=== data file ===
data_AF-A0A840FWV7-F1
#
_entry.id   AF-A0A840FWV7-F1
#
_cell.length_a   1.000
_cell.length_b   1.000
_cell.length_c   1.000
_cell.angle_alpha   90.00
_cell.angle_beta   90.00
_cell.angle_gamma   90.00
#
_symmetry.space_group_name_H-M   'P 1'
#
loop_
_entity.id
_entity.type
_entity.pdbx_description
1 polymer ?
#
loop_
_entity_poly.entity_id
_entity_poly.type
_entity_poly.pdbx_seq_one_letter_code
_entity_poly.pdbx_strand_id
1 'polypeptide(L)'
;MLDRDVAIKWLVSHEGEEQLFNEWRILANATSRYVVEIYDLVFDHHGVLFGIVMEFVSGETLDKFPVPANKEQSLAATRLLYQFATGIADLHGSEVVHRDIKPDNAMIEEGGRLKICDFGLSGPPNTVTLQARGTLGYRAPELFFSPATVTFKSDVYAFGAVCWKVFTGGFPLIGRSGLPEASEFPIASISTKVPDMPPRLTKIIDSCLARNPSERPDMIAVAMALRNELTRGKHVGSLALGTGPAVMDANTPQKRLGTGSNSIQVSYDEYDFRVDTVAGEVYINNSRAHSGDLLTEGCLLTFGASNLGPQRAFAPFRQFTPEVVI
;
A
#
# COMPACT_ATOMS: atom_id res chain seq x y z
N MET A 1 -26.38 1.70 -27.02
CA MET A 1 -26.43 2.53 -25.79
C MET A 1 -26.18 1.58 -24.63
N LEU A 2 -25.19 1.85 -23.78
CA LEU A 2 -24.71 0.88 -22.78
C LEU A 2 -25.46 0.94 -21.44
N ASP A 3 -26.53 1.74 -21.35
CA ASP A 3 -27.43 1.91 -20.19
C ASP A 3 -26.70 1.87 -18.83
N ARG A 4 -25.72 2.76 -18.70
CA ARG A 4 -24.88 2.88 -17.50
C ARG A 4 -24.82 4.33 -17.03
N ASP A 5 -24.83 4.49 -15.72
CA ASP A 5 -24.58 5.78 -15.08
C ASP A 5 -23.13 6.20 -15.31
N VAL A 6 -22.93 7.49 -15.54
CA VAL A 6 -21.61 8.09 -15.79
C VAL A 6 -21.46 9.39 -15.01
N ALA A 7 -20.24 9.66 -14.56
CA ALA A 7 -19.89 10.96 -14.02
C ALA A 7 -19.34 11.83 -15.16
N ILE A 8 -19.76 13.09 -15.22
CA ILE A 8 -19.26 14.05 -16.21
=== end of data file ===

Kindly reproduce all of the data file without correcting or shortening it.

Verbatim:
data_AF-A0A840FWV7-F1
#
_entry.id   AF-A0A840FWV7-F1
#
_cell.length_a   1.000
_cell.length_b   1.000
_cell.length_c   1.000
_cell.angle_alpha   90.00
_cell.angle_beta   90.00
_cell.angle_gamma   90.00
#
_symmetry.space_group_name_H-M   'P 1'
#
loop_
_entity.id
_entity.type
_entity.pdbx_description
1 polymer ?
#
loop_
_entity_poly.entity_id
_entity_poly.type
_entity_poly.pdbx_seq_one_letter_code
_entity_poly.pdbx_strand_id
1 'polypeptide(L)'
;MLDRDVAIKWLVSHEGEEQLFNEWRILANATSRYVVEIYDLVFDHHGVLFGIVMEFVSGETLDKFPVPANKEQSLAATRLLYQFATGIADLHGSEVVHRDIKPDNAMIEEGGRLKICDFGLSGPPNTVTLQARGTLGYRAPELFFSPATVTFKSDVYAFGAVCWKVFTGGFPLIGRSGLPEASEFPIASISTKVPDMPPRLTKIIDSCLARNPSERPDMIAVAMALRNELTRGKHVGSLALGTGPAVMDANTPQKRLGTGSNSIQVSYDEYDFRVDTVAGEVYINNSRAHSGDLLTEGCLLTFGASNLGPQRAFAPFRQFTPEVVI
;
A
#
# COMPACT_ATOMS: atom_id res chain seq x y z
N MET A 1 -26.38 1.70 -27.02
CA MET A 1 -26.43 2.53 -25.79
C MET A 1 -26.18 1.58 -24.63
N LEU A 2 -25.19 1.85 -23.78
CA LEU A 2 -24.71 0.88 -22.78
C LEU A 2 -25.46 0.94 -21.44
N ASP A 3 -26.53 1.74 -21.35
CA ASP A 3 -27.43 1.91 -20.19
C ASP A 3 -26.70 1.87 -18.83
N ARG A 4 -25.72 2.76 -18.70
CA ARG A 4 -24.88 2.88 -17.50
C ARG A 4 -24.82 4.33 -17.03
N ASP A 5 -24.83 4.49 -15.72
CA ASP A 5 -24.58 5.78 -15.08
C ASP A 5 -23.13 6.20 -15.31
N VAL A 6 -22.93 7.49 -15.54
CA VAL A 6 -21.61 8.09 -15.79
C VAL A 6 -21.46 9.39 -15.01
N ALA A 7 -20.24 9.66 -14.56
CA ALA A 7 -19.89 10.96 -14.02
C ALA A 7 -19.34 11.83 -15.16
N ILE A 8 -19.76 13.09 -15.22
CA ILE A 8 -19.26 14.05 -16.21